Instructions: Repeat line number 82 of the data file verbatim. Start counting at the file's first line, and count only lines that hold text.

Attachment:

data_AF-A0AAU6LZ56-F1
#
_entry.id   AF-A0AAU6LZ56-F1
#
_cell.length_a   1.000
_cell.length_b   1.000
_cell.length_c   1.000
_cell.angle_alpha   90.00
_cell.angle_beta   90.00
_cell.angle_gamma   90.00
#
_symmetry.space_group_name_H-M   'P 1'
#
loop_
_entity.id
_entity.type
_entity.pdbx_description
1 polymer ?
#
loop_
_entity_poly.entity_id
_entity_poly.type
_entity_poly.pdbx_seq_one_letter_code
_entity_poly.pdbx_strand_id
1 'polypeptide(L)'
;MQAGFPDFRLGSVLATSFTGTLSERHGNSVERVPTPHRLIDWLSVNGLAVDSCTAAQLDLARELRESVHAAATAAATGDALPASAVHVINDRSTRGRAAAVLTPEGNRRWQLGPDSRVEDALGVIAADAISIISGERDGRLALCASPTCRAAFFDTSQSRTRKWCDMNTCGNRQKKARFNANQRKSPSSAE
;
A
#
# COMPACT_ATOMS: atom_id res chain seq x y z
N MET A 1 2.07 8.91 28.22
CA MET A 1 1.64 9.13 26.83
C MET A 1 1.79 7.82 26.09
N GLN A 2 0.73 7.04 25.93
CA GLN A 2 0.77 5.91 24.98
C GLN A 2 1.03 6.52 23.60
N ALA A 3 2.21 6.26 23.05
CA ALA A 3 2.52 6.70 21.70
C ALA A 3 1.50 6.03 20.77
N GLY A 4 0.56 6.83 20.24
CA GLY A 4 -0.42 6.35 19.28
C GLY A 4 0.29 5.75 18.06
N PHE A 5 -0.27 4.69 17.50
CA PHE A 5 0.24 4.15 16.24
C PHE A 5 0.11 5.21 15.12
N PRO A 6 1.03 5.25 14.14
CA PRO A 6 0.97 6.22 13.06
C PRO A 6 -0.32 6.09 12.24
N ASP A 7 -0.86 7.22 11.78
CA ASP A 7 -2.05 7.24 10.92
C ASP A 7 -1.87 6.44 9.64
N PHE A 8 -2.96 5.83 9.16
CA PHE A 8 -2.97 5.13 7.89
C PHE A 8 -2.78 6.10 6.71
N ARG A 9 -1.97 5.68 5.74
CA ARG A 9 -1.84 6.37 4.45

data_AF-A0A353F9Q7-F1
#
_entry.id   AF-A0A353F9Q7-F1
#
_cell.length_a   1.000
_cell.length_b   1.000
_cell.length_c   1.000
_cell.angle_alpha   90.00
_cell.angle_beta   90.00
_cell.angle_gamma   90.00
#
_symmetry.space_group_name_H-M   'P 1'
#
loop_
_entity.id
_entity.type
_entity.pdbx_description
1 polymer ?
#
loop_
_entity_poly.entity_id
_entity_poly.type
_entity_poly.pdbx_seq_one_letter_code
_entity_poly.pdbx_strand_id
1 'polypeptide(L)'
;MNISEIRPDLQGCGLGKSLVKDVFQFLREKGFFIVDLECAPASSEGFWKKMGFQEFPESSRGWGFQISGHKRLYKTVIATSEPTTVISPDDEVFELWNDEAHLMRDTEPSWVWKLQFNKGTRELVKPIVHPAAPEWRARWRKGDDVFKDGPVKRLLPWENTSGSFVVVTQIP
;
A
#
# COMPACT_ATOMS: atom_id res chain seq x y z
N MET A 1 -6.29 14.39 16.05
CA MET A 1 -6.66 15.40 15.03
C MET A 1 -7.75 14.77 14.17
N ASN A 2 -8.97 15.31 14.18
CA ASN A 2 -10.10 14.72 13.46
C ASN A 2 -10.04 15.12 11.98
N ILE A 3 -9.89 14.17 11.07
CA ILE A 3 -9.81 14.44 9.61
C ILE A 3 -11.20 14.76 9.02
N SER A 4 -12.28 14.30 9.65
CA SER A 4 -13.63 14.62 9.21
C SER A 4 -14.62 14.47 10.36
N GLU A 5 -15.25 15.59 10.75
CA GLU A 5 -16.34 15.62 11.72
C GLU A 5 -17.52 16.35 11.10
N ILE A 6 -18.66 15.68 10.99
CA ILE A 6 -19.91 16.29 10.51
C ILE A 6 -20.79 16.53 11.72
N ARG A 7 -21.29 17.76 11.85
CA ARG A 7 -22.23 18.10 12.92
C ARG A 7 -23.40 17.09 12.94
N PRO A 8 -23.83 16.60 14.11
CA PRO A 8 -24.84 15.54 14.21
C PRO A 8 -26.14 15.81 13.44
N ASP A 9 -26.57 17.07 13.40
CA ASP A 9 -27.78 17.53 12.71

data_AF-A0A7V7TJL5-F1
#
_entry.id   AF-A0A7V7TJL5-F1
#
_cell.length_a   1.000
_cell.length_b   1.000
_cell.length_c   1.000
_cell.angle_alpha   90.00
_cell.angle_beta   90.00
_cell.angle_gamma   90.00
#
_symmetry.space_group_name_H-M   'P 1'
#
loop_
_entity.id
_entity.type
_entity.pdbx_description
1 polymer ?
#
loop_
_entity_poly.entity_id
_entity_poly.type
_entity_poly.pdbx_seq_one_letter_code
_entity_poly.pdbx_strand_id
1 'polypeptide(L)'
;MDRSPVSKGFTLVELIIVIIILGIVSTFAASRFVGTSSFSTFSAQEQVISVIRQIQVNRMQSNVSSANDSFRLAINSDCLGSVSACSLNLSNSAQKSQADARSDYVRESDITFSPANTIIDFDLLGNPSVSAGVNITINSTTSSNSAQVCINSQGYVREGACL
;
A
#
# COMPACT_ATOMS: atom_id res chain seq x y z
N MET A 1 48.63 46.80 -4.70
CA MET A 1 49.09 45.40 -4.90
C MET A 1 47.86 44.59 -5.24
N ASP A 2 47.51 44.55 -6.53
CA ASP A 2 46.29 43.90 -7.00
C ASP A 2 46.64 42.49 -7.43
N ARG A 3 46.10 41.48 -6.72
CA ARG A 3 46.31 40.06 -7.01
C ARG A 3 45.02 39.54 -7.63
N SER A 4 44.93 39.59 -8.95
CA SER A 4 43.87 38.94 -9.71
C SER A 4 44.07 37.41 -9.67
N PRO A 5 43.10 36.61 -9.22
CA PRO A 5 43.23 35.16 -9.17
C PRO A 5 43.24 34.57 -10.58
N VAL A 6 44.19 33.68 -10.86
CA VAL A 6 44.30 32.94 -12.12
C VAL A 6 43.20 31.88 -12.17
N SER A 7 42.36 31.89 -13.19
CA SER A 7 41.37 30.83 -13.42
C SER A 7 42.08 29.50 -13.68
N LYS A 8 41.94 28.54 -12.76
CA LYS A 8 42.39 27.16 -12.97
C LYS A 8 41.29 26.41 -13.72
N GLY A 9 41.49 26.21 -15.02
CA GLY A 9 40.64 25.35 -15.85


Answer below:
;MNISEIRPDLQGCGLGKSLVKDVFQFLREKGFFIVDLECAPASSEGFWKKMGFQEFPESSRGWGFQISGHKRLYKTVIATSEPTTVISPDDEVFELWNDEAHLMRDTEPSWVWKLQFNKGTRELVKPIVHPAAPEWRARWRKGDDVFKDGPVKRLLPWENTSGSFVVVTQIP